Half of children prefer to have dad at the wheel

A study shows that kids pick up our bad driving habits years before they can even take their test

Image: Pixaboy

More than half of children (52%) say they would rather be chauffeured around by their dad than by their mum, despite figures revealing that men apparently make more mistakes when driving.

A survey by insurance company Ingenie found that almost half (43%) of fathers get angry behind the wheel in comparison with just a fifth (18%) of mothers.

The research with children aged between 10 and 16 years old also revealed that their dad (57%) and mum (44%) shout at others whilst driving and dad is 13% more likely to swear in the car.

A quarter of fathers regularly show unsafe driving behaviour such as accelerating too quickly (26%) and speeding when driving (22%), compared with a considerably lower percentage of mums (11% and 10% respectively).

Why do you prefer dad driving you?

  • They drive carefully - 35%
  • They let me listen to any radio station - 35%
  • They drive really fast - 11%
  • They drive slowly - 3%
  • It is exciting - 26%

Why do you prefer mum driving you?

  • They drive carefully - 50%
  • They let me listen to any radio station - 39%
  • They drive really fast - 2%
  • They drive slowly - 11%
  • It is exciting - 11%

The research also highlighted that parents' driving behaviour influences kids from a young age and that worrying in-car habits can be passed on quickly.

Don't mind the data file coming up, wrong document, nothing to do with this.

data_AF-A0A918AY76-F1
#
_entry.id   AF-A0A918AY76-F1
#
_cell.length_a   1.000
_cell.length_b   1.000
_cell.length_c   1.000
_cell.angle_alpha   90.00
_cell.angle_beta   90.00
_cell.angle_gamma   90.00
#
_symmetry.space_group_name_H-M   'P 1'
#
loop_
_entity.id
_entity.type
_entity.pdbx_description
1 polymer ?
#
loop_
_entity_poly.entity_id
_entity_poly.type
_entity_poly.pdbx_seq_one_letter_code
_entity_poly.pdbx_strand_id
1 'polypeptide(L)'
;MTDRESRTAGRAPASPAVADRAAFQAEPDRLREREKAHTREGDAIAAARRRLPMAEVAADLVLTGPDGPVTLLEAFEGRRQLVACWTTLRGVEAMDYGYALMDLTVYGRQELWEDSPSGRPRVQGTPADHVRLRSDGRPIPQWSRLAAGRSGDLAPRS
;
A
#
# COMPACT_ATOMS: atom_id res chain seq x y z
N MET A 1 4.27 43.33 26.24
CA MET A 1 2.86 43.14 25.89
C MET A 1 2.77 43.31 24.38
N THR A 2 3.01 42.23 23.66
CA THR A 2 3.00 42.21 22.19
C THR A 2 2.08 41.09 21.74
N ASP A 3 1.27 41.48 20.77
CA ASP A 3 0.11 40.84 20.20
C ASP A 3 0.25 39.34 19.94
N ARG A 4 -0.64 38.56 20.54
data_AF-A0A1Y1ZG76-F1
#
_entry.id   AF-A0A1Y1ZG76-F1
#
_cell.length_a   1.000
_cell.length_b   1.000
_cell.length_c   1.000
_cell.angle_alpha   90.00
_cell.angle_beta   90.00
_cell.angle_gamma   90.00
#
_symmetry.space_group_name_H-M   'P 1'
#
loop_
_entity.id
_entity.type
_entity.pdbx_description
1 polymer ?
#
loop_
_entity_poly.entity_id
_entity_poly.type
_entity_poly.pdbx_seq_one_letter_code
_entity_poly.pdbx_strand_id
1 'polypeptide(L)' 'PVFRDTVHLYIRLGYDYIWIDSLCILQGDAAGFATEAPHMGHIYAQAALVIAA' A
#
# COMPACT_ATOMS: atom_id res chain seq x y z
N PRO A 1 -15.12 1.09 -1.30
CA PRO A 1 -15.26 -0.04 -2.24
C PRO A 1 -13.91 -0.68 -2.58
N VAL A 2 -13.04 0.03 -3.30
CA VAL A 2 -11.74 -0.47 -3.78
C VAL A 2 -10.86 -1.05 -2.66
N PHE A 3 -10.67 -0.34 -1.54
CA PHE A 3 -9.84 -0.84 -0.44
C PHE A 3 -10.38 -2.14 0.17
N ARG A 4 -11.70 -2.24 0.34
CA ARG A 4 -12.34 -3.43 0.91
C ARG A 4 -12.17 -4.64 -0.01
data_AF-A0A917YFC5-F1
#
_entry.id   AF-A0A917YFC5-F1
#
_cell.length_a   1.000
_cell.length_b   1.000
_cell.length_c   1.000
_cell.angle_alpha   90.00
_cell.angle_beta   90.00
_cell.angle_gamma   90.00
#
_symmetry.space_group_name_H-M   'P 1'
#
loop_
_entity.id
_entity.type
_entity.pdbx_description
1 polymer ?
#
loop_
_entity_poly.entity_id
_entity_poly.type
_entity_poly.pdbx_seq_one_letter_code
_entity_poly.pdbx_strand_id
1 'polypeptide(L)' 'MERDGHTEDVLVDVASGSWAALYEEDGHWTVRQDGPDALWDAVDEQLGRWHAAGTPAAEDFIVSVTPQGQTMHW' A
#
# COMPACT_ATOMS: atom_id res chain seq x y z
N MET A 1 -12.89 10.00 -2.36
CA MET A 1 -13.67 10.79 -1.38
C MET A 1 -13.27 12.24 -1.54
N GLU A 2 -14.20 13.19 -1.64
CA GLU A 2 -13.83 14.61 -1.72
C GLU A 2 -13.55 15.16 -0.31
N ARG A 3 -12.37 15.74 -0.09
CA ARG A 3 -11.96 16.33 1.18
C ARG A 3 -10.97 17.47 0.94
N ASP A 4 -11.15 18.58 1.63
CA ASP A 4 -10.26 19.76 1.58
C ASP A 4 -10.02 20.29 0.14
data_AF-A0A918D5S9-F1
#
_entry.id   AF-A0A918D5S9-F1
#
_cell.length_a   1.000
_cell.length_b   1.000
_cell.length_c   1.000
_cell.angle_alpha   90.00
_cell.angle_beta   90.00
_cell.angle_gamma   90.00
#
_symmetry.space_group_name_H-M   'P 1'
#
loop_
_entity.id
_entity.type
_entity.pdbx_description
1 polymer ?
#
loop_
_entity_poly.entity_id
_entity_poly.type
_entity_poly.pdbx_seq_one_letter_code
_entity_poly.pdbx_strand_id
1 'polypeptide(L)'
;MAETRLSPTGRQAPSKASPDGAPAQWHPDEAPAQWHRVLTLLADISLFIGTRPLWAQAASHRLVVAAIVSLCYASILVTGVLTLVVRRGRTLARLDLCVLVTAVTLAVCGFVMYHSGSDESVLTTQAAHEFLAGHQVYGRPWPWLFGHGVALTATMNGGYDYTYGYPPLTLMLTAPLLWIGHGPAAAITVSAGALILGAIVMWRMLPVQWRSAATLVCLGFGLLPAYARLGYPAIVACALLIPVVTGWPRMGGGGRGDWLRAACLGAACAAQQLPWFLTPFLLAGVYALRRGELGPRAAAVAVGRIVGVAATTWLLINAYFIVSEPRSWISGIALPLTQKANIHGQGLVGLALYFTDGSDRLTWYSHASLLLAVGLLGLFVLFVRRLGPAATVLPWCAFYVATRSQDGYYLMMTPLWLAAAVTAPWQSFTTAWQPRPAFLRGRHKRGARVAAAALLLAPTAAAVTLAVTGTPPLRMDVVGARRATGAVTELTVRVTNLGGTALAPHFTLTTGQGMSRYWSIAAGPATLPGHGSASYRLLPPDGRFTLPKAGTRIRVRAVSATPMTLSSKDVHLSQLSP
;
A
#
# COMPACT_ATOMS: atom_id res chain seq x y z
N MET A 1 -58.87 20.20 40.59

Ingenie interviewed 10- year-old James and 13-year-old Tania to investigate the driving behaviour they have learned from their parents.

When asked to do an impression of his dad driving, James talks on his mobile phone and then beeps the horn aggressively and shouts out of the window.

Meanwhile, Tania says when her mum is driving: "She's putting her lipstick on, looking at her phone."

Dan, James' father said, "It's definitely an eye opener. He's sitting in the back, I think that he's on his iPhone all the time, [but] he is still taking in other information."

Richard King, ingenie CEO, states, "The results reveal that we are teaching children bad driving habits long before they start lessons and subsequently pass their test.

“Parents need to understand the importance of setting a good example behind the wheel and be aware of the amount of information that children absorb. How we drive as parents ultimately influences how safely our children will drive in the future."

The study is part of a series of activities aiming to educate mothers and fathers on how to get more involved when their child is learning to drive.

  • For more information about how to help a young driver get on the road safely click here
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